David Carr asks this question in the New York Times:
“Can traditional publishing provide the kind of growth required by a public company?”
He goes on to profiles Time, Inc.’s current situation. Time’s CEO Ann S. Moore states:
“We can’t just take all our old magazine people and turn them into multiplatform geniuses… we are going to have to make some painful cuts. I think it may well be true that I have to shrink Time Inc. in order to grow it, but it will grow again.”
I find it fascinating that for companies that are already faltering, their perception of growth begins with cuts.
Jeff Jarvis feels that it may indeed be too late for many print brands to gain traction online:
“Magazines could have had a unique benefit in the internet if they had thought of themselves not as slick paper but instead of networks of interest and information…The strength of these brands is that they had — note the tense — a headstart. They could have used their promotional clout and reputations to enable these communities to form around them. But they didn’t.”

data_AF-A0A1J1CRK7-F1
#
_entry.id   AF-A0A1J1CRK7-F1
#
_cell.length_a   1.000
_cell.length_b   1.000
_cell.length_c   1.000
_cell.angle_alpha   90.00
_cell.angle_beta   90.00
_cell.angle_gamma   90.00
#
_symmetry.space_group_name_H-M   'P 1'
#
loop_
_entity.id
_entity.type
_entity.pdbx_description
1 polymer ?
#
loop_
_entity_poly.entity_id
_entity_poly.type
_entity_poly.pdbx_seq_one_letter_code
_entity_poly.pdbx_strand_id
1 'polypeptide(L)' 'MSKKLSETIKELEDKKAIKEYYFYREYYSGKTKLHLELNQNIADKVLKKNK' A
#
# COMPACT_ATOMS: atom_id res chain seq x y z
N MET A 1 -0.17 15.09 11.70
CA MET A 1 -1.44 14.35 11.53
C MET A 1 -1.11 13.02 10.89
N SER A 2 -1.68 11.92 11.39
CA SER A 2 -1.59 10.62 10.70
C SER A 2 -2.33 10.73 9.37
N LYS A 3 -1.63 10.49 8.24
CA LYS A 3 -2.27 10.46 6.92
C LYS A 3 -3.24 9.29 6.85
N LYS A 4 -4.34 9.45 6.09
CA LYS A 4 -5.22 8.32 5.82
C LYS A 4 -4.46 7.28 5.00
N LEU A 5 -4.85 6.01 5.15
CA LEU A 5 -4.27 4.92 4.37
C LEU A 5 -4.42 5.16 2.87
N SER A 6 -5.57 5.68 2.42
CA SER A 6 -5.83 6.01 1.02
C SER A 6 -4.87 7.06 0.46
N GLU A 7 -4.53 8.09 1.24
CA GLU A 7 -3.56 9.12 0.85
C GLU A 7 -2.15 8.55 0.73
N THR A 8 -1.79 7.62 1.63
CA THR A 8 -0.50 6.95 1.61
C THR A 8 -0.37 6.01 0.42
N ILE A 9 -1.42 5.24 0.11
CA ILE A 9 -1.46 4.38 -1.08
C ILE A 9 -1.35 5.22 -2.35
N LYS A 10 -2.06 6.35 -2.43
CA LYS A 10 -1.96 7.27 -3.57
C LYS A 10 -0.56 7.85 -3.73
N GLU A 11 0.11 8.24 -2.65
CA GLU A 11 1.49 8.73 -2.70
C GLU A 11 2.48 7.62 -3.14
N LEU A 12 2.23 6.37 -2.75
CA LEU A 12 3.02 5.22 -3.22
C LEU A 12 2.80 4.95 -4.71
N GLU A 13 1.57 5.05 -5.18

All too often, a company like this will attempt a comeback by creating new initiatives that seem new, but strictly follow the infrastructure and business model currently in place. The mask of ‘innovation’ may help headlines, but they need to take a hard look at what their customers need, and try to build something that enhances their lives, instead of focusing single-mindedly only the ‘product’, and put their efforts towards tearing something down.